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Animal Care and Management

Overview

This page provides high level information and data on the Animal Care and Management industry. The Animal Care and Management industry can be described as having five sectors: Veterinary Services, Animal Breeding Services, Pet and Companion Animal Services, Captive Wildlife Operations, and Hunting and Trapping.

Please visit Veterinary Nursing for more specific information and data on that specific sector.

Please visit Animal Services for information and data relating to the following sectors:

  • Animal breeding services
  • Pet and companion animal services
  • Animal technology services
  • Captive wildlife operations
  • Hunting and trapping
  • Wildlife care and rehabilitation.

Information sourced from the Animal Care and Management IRC's 2017 Skills Forecast and the Animal Care and Management IRC's 2018 Skills Forecast.

All data sources are available at the end of the page.

IRC and Skills Forecasts

Industry cluster snapshot

Employment and training snapshot

In 2018, there were approximately 22,400 people employed in the Veterinary Services industry, and 24,200 employed in the Parks and Gardens Operations industry. Both Veterinary Services and Parks and Gardens Operations have grown significantly since 2000, whereas the Hunting and Trapping industry has maintained a low employment level.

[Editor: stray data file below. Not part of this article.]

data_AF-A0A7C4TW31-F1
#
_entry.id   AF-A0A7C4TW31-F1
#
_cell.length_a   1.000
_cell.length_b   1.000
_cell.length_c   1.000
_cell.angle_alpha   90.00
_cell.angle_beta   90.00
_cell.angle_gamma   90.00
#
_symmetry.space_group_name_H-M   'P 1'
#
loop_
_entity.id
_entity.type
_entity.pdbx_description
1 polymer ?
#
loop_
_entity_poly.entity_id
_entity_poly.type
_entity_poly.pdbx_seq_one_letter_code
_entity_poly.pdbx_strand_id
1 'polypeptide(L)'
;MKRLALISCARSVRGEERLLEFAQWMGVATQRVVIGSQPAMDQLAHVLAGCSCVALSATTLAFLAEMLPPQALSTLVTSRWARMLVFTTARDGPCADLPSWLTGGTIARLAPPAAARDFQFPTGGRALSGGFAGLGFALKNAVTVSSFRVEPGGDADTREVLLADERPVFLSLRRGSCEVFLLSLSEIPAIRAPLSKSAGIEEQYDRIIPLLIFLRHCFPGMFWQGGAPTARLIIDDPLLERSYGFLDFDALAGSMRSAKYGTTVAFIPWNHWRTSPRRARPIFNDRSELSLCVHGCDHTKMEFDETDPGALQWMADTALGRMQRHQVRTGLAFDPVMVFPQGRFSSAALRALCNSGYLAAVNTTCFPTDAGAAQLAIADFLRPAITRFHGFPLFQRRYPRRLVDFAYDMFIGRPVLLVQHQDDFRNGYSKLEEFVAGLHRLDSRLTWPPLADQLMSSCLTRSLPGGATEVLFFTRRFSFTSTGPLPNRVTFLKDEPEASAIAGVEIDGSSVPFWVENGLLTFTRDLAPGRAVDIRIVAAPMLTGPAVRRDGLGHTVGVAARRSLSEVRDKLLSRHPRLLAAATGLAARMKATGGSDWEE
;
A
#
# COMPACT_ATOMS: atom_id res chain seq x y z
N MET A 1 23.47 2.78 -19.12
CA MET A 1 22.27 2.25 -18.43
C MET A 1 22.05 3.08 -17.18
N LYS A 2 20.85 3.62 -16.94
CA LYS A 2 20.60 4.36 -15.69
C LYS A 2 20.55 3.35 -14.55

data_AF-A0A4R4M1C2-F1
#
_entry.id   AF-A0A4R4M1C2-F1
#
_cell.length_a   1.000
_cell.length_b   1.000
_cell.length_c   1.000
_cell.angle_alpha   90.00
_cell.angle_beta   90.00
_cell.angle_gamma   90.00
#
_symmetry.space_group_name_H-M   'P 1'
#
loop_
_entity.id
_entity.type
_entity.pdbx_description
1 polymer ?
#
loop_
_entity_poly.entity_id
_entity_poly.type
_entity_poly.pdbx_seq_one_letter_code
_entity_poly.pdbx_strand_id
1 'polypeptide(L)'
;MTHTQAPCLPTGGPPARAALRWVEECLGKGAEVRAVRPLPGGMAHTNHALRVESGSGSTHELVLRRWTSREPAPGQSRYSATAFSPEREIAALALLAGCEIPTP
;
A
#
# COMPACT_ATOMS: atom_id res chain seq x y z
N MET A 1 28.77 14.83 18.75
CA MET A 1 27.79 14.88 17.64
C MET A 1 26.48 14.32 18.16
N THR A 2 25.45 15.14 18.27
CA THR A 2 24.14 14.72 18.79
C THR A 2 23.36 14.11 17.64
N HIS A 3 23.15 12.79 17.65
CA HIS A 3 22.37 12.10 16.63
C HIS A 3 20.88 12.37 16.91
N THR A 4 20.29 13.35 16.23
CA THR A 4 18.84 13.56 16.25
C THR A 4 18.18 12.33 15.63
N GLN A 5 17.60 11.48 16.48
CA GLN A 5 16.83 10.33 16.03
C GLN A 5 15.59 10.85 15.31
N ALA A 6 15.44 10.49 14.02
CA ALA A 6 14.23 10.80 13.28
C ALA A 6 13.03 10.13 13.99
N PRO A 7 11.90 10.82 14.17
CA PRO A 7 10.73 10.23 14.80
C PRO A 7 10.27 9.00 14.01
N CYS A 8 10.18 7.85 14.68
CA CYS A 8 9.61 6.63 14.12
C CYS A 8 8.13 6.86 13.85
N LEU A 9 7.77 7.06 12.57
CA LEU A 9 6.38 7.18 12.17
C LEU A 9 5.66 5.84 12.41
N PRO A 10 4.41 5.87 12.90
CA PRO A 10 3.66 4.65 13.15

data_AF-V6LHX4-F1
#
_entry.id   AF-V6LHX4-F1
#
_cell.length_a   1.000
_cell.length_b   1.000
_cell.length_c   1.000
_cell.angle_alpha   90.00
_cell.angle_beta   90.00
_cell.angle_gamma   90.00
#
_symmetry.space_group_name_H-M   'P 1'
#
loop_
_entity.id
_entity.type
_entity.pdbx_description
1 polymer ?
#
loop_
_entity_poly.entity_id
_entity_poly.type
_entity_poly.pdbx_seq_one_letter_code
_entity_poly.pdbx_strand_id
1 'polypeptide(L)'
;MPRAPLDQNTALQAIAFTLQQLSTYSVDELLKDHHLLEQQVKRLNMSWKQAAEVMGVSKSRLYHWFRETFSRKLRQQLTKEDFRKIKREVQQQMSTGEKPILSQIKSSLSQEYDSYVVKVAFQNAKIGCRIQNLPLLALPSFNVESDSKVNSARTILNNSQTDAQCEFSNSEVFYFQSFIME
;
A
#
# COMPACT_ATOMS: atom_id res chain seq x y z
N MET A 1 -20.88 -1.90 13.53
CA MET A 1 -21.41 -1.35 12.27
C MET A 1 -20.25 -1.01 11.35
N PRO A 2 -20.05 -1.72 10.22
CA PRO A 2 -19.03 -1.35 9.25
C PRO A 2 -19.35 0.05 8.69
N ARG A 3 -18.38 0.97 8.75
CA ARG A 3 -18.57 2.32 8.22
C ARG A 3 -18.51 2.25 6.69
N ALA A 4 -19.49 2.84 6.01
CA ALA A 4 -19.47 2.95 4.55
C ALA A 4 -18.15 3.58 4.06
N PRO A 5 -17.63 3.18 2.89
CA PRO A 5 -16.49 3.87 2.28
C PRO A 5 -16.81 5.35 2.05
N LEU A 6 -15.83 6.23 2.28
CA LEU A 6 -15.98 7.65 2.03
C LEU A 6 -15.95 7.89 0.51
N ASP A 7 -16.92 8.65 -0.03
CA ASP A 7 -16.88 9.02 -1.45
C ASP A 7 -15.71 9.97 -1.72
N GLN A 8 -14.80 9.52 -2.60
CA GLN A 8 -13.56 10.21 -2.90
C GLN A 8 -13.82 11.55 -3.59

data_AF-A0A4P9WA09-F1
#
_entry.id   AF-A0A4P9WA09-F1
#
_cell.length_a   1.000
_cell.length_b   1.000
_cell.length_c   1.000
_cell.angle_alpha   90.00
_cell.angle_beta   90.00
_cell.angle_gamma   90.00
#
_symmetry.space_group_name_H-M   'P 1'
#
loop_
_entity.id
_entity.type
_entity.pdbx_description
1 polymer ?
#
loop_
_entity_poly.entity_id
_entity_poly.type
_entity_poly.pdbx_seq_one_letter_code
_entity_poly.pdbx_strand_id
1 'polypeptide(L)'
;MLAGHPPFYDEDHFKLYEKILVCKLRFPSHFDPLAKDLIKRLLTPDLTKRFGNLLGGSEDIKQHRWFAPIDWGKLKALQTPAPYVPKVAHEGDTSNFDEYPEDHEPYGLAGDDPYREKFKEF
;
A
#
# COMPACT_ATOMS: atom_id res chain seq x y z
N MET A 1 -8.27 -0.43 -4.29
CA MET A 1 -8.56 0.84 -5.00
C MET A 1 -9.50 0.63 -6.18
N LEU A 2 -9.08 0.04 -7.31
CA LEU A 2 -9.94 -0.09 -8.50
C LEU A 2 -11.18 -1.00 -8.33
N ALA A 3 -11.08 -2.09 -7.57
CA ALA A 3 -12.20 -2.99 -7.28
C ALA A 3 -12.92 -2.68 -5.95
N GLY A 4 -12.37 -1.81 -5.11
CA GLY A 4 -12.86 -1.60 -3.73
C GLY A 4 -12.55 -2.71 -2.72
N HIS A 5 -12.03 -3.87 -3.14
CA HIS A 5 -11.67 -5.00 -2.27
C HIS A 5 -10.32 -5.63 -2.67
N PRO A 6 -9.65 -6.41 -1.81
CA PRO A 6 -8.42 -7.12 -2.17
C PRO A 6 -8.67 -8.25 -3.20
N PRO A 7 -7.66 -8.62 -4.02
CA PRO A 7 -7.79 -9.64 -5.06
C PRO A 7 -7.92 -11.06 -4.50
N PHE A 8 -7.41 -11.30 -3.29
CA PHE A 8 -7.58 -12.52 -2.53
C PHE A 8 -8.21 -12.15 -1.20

Emplyoment in the Veterinary Services industry is expected to grow to 2023, but emplyoment in the Parks and Gardens industry is expected to remain flat to 2023.

In addition, census data shows that there were approximately 3,500 people employed in horse farming in 2016, slightly down from approximately 3,700 in 2006.

Enrolments in the Animal Care and Management Training Package have grown since 2014. In 2014 there were 21,914 program enrolments and in 2016 there were 25,493 program enrolments. However, in 2017, enrolments dropped slightly to 24,118.

Please visit the respective pages for more specific employment and training data on Veterinary Nursing and other Animal Services sectors.

Industry insights

Industry insights on skills needs

The Animal Care and Management IRC's 2018 Skills Forecast identifies a number of priority skills to ensure the workforce is able to respond to the challenges and opportunities identified below. These include:

  • skills in animal welfare and treatment of animals in captivity to improve quality of life, improve breeding programs and ensure safety